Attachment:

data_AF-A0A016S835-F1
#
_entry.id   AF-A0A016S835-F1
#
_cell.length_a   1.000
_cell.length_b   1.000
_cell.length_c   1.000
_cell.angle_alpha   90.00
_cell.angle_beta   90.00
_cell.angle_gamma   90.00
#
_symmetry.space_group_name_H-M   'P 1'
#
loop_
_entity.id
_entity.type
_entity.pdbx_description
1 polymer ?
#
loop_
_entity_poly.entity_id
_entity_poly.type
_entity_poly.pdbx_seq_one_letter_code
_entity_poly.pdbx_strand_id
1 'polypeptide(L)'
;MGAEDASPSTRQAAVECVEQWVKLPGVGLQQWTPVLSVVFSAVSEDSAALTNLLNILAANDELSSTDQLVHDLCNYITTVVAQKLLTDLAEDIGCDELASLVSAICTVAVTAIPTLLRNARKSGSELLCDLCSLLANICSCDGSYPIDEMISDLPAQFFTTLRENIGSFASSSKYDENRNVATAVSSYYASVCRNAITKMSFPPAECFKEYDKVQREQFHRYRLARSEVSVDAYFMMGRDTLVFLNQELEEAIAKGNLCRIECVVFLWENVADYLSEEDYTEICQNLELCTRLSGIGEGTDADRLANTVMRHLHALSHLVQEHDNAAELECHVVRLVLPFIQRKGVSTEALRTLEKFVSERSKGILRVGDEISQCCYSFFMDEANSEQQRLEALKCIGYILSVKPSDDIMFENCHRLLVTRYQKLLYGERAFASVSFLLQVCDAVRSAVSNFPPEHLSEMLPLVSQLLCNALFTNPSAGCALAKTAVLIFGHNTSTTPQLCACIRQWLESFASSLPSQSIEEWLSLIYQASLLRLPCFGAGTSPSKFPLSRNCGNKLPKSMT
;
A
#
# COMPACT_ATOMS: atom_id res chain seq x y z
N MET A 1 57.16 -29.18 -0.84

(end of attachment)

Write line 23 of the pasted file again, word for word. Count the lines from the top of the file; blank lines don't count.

_entity_poly.pdbx_seq_one_letter_code